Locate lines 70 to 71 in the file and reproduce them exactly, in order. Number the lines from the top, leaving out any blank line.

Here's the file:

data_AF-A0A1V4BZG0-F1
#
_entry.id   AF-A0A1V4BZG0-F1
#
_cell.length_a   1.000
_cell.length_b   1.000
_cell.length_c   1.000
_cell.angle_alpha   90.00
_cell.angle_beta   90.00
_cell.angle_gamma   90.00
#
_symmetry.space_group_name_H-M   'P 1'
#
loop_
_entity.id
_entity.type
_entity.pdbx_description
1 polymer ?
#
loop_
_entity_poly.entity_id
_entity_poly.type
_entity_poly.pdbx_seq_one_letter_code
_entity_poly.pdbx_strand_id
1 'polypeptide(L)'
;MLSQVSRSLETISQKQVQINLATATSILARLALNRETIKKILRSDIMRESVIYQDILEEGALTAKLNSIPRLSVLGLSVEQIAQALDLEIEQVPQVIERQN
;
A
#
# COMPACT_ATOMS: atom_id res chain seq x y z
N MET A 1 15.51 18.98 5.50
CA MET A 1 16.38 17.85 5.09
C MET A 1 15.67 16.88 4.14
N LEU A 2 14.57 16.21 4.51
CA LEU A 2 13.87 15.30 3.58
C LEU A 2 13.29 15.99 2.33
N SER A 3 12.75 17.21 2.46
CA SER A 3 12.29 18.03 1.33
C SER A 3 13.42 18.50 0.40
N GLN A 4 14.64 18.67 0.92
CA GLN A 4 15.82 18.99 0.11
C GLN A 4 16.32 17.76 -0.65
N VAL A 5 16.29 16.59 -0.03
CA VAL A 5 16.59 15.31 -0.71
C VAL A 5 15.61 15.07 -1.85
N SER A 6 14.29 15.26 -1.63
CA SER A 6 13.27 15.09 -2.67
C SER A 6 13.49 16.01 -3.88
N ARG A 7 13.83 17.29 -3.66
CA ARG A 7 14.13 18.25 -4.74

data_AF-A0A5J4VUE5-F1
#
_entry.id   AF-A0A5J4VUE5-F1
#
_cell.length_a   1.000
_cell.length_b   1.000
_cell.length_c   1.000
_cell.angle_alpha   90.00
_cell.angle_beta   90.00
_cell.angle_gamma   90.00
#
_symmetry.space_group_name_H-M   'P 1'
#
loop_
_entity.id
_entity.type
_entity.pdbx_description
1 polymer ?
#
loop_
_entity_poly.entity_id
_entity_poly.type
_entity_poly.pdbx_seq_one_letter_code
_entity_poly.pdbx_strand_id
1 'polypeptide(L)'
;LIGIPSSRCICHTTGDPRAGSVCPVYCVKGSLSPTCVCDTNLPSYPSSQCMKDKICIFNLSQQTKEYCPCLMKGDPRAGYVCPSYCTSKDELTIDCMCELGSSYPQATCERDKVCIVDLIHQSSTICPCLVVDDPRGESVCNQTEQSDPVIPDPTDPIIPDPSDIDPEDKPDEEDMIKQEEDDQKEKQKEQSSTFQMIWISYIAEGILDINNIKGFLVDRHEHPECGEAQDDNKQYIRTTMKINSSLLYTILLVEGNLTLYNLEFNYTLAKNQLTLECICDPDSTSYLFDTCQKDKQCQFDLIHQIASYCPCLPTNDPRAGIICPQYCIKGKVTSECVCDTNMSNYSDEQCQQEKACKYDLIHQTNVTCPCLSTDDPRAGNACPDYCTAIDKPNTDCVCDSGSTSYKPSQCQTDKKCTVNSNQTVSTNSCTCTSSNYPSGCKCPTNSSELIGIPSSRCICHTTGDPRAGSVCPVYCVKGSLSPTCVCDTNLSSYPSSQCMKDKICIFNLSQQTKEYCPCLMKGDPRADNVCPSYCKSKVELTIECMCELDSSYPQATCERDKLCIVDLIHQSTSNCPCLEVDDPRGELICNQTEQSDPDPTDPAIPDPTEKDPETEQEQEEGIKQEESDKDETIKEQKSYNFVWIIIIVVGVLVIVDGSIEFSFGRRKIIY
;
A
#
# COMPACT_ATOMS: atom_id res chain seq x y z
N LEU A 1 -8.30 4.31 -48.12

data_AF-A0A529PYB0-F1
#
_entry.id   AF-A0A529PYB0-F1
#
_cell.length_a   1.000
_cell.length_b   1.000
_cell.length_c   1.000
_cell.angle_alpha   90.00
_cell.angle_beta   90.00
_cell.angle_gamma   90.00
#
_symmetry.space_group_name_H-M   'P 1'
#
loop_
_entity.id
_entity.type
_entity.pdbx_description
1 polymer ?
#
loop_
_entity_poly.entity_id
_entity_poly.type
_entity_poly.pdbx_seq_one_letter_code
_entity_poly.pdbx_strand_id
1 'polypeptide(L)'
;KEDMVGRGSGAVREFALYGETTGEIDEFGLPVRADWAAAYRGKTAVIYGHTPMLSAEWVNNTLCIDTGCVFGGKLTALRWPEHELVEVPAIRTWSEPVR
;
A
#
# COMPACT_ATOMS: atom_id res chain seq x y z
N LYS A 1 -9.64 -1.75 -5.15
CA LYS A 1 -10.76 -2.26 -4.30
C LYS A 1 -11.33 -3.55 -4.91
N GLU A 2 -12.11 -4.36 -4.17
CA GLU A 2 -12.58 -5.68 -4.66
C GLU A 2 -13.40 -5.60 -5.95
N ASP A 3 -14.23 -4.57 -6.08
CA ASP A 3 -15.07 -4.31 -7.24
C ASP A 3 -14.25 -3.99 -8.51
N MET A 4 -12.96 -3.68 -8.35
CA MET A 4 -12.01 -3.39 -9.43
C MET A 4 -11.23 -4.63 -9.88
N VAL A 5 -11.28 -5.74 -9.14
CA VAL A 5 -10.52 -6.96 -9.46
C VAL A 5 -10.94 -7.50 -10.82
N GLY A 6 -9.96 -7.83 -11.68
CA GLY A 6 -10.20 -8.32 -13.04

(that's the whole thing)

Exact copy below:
loop_
_entity_poly.entity_id